In the embodiment illustrated in FIGS. 1 and 2, the sections 21 and 23 of the inner floor part 13 are connected with each other in one piece, and they are adjusted jointly obliquely upwards and, reversibly, obliquely downwards, coordinated with the sitting position (hence with the size of the occupant) before driving off. If the safety device for the very small occupant shown in FIG. 2 were set as illustrated in FIG. 1, the occupant would have to push his seat 19 very far forward. He would sit very close to the steering wheel 3. His lower legs would run very obliquely downwards and assume a distinctly smaller angle to the feet than in the optimized position illustrated in FIG. 2. The gas bag, which is accommodated in the steering wheel 3, could injure the occupant, in addition with a displacement of the splashboard section 23 or a displacement of the pedals 9, injuries would easily occur to the foot owing to the small angle of foot to lower leg.
Through the safety device, extremely large occupants and also extremely small occupants can always achieve an optimum sitting position, so that the angle of the lower leg to the horizontal and in particular the angle between the lower leg and the feet can be optimized or can not become too small. The driving safety is in fact distinctly increased for small occupants, because hitherto they have often had to lift their feet from the vehicle floor, when they wanted to actuate a different pedal, which impaired the reaction time. For large occupants, on the other hand, it was easy for example to merely take the foot slightly from the pedal and to turn it about the heel still resting on the vehicle floor, in order to quickly step on the adjacent pedal.
The inner floor part 13 is relatively rigid and can not be destroyed by the occupant. For small occupants, in addition, the advantage results that the feet and the entire sitting position lie further to the rear than in conventional vehicles, so that in the case of a frontal impact a greater crumple zone is available, until finally deformation of the splashboard section 23 or a displacement of the pedals 9 occurs.
The embodiment illustrated in FIG. 3 corresponds substantially to that illustrated in FIG. 2. In FIG. 3, the positions of the safety device with large and with small occupants are illustrated in one figure.
Compared with the embodiment illustrated in FIGS. 1 and 2, in this embodiment the steering wheel 3 is vertically adjustable and also in addition, due to a telescope-like mounting which is not shown, is constructed so as to be axially displaceable in relation to the steering shaft 5. Also in this embodiment, the sliding carriage 7 sits on the steering shaft 5. Pedals 9 and the splashboard section 23 are fastened to it. Here, also, it can be seen that the angles of the lower legs and of the feet to the horizontal are approximately identical in the case of large and small occupants.
Whereas the embodiments illustrated in FIGS. 1 to 3 make possible a reversible adjustment of the pedals and of the section of the vehicle floor close to the driver's feet for normal driving operation, the embodiment illustrated in FIG. 4 is provided for activation only in the case of a crash.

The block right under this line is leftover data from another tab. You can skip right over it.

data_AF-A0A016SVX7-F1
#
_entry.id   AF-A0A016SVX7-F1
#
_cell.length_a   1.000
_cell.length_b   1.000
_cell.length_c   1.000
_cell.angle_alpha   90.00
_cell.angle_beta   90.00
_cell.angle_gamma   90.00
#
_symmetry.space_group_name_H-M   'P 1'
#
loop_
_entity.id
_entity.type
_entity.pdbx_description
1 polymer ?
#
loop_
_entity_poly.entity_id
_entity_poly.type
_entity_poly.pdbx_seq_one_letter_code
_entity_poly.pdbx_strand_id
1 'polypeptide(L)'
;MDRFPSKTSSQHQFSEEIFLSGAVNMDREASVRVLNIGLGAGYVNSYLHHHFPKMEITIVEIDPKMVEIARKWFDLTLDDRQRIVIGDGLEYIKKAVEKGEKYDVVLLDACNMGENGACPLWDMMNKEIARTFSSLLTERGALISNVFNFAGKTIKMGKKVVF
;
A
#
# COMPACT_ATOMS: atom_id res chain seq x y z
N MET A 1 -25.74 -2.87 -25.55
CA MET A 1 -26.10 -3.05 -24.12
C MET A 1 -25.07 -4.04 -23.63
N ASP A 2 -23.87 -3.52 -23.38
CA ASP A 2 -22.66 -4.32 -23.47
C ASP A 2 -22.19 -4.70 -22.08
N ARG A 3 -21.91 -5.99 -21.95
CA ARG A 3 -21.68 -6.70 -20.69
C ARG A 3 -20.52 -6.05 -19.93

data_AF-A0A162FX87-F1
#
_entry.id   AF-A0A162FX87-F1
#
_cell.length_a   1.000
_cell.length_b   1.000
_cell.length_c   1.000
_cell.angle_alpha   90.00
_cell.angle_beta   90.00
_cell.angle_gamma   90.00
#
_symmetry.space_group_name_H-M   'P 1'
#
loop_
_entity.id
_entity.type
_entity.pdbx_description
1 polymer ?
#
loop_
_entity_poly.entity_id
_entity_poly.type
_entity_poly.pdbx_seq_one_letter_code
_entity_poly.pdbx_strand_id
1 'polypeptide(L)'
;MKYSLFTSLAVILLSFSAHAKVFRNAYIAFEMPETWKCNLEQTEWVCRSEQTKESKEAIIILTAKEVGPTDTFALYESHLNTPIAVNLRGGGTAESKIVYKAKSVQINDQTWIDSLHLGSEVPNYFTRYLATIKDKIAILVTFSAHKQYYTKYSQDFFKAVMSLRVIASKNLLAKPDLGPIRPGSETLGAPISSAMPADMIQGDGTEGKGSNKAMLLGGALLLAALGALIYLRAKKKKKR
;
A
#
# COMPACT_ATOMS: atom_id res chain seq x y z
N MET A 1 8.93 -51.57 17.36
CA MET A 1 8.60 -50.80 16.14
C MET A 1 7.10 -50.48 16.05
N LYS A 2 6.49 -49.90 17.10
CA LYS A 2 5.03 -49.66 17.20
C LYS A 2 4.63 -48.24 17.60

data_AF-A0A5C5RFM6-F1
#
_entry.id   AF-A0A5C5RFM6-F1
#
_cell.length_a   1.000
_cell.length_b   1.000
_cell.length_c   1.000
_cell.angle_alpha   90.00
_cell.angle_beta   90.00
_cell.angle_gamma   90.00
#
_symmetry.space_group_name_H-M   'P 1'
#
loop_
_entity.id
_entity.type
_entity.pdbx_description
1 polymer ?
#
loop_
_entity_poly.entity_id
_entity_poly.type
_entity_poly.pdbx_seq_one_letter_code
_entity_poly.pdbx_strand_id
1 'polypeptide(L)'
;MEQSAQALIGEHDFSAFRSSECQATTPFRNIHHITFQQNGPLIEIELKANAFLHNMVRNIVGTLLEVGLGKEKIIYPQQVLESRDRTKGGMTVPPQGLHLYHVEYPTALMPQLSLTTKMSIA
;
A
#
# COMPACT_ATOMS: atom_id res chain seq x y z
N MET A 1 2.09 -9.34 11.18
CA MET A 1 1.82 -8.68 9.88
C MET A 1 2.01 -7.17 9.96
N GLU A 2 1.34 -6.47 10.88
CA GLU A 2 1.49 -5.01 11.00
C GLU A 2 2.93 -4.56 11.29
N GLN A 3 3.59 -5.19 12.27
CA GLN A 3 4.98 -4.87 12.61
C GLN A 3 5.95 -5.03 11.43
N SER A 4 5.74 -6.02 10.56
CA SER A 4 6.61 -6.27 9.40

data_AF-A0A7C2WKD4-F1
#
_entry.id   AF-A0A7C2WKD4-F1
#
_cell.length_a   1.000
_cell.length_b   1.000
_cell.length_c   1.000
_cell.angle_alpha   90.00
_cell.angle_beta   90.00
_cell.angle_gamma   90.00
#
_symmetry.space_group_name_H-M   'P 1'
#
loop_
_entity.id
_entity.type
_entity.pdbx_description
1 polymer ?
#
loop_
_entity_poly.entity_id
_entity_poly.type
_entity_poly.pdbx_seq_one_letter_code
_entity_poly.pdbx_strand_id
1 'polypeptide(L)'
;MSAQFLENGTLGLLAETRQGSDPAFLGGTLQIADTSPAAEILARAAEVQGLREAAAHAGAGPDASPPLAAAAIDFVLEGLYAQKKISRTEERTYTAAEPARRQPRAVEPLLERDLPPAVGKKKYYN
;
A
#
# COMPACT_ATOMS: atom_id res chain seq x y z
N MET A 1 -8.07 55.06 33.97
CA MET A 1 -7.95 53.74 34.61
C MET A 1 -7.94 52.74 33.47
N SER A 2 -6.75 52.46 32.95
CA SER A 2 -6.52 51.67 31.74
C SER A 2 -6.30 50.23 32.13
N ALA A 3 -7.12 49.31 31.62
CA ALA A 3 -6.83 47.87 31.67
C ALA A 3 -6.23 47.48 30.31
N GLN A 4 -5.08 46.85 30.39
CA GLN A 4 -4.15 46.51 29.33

Also this embodiment of the vehicle safety device operates with a double vehicle floor in the region of the occupant's feet. The displaceable section of the vehicle floor likewise begins in front of the seat and extends to behind the pedals obliquely upwards. In contrast to the one previously described, the safety device has no adjustable pedals. It comprises a rigid inner floor part 113, a rigid outer floor part 111, a linear tensioner 131, which is fastened to the inner floor part 113 and extends under the seat of the occupant and represents a linear drive. The inner floor part 113 is connected with the outer floor part 111 by means of numerous connecting levers 133 arranged distributed on the entire underside of the inner floor part 113. The connecting levers 133 are pivotally fastened plastic strips on the underside of the inner floor part 113, which have an angled base 135, by which they are fastened to the upper face of the outer floor part 111. Between the base 135 and the section 137 adjoining thereto a hinge is formed. In the non-actuated state (cf. FIG. 5) the connecting levers 133 are largely placed obliquely, because the inner floor part 113 lies almost against the outer floor part 111. The pedals are designated by 109.
In the case of a frontal impact, the linear tensioner 131 is actuated, which moves the inner floor part 113 to the right, i.e. toward the driver's seat. The connecting levers 133 provide the path of movement of the inner floor part 113. The floor part 113 moves upwards and also toward the vehicle seat. The connecting levers 133 straighten up and stabilize the inner floor part 113. The inner floor part is moved so far that it strikes onto the pedals 109. Around the pedals, the inner floor part, as can be seen in FIG. 4, has elastic regions 138 adapted to the shape of the pedals and their treads 139. When the inner floor part 113 strikes onto the pedals in the region of the splashboard section 123, it yields in the region 138. After the complete displacement of the inner floor part 113, a continuous transition results between the pedal treads 139 and the splashboard section 123. The occupant's feet can no longer slip off from the pedals 109 and strike at high speed onto the splashboard section 123, as is the case in conventional vehicles. Furthermore, the occupant's feet can also no longer become jammed between the pedals 109 and the splashboard section 123. The connecting levers 133 are constructed such that with a deformation of the outer floor part 111, i.e. in the case of a very severe accident, they serve as deformation elements by being plastically deformable in line with specific objectives.